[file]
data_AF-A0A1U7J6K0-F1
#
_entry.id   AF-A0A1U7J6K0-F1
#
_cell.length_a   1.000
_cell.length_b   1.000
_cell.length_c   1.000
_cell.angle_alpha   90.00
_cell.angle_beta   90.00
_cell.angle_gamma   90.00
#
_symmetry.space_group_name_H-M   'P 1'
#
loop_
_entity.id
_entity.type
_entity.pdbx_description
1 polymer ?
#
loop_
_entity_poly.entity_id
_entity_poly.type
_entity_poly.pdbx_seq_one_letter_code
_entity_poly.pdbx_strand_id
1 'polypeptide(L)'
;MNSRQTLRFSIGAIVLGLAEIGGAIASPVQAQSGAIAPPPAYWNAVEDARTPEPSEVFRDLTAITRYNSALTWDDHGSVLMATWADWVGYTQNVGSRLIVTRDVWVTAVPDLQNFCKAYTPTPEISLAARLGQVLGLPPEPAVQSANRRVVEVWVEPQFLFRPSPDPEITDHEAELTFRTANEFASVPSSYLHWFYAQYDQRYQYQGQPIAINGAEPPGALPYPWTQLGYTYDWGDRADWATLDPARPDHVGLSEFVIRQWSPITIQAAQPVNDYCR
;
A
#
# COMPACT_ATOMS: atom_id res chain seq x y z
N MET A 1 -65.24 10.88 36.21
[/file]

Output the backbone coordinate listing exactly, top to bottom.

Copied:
data_AF-A0A1U7J6K0-F1
#
_entry.id   AF-A0A1U7J6K0-F1
#
_cell.length_a   1.000
_cell.length_b   1.000
_cell.length_c   1.000
_cell.angle_alpha   90.00
_cell.angle_beta   90.00
_cell.angle_gamma   90.00
#
_symmetry.space_group_name_H-M   'P 1'
#
loop_
_entity.id
_entity.type
_entity.pdbx_description
1 polymer ?
#
loop_
_entity_poly.entity_id
_entity_poly.type
_entity_poly.pdbx_seq_one_letter_code
_entity_poly.pdbx_strand_id
1 'polypeptide(L)'
;MNSRQTLRFSIGAIVLGLAEIGGAIASPVQAQSGAIAPPPAYWNAVEDARTPEPSEVFRDLTAITRYNSALTWDDHGSVLMATWADWVGYTQNVGSRLIVTRDVWVTAVPDLQNFCKAYTPTPEISLAARLGQVLGLPPEPAVQSANRRVVEVWVEPQFLFRPSPDPEITDHEAELTFRTANEFASVPSSYLHWFYAQYDQRYQYQGQPIAINGAEPPGALPYPWTQLGYTYDWGDRADWATLDPARPDHVGLSEFVIRQWSPITIQAAQPVNDYCR
;
A
#
# COMPACT_ATOMS: atom_id res chain seq x y z
N MET A 1 -65.24 10.88 36.21